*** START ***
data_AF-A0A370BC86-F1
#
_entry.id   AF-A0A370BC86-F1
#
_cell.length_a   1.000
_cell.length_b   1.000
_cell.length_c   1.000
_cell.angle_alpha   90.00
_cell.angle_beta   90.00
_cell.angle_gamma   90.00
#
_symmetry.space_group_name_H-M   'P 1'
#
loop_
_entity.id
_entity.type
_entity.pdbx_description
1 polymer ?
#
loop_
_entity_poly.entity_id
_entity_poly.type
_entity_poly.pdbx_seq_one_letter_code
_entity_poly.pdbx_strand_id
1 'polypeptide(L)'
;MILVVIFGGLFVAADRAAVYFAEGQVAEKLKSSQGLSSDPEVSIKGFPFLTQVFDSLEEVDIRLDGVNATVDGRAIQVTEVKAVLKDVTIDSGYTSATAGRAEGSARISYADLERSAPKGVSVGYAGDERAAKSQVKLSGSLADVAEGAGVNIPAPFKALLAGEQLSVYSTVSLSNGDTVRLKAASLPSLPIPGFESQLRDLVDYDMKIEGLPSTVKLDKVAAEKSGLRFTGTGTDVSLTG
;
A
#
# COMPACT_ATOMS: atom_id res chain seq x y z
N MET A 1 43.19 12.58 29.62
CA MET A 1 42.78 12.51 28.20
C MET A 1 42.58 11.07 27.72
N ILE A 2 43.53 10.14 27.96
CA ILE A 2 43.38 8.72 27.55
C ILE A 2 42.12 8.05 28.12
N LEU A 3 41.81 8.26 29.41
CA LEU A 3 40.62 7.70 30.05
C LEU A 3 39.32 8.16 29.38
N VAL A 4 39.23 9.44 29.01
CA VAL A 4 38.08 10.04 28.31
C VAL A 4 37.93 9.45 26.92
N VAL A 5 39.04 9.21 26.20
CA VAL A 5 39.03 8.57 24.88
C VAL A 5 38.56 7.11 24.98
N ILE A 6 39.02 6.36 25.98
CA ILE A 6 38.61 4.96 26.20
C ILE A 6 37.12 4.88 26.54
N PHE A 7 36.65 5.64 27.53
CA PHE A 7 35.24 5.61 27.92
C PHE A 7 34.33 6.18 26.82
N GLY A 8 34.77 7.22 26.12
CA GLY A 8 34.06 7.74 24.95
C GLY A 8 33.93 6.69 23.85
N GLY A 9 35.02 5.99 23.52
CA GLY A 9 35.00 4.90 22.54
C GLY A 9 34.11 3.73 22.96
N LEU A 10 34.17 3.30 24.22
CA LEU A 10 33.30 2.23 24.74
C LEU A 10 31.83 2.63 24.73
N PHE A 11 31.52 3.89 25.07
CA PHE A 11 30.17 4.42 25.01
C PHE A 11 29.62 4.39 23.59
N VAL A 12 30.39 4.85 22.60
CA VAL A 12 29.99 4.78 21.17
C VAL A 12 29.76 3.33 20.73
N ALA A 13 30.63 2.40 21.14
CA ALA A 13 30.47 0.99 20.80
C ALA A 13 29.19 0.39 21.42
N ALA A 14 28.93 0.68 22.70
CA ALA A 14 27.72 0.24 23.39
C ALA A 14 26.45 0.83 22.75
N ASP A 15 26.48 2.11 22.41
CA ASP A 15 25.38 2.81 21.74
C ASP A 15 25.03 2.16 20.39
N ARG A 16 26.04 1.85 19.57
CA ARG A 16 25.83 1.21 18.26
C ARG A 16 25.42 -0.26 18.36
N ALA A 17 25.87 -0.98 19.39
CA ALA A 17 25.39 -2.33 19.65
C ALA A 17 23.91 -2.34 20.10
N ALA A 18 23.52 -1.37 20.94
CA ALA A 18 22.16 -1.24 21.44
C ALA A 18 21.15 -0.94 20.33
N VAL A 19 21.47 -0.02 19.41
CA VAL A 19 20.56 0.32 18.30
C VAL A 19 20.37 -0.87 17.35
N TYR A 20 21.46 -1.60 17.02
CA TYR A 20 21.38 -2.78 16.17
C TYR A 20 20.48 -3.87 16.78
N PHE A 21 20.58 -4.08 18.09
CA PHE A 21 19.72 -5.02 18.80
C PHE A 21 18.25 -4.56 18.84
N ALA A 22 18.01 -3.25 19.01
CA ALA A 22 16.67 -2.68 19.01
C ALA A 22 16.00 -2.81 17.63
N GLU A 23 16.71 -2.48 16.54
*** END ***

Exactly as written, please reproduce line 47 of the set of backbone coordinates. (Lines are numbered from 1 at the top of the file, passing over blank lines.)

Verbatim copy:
CA ILE A 6 38.61 4.96 26.20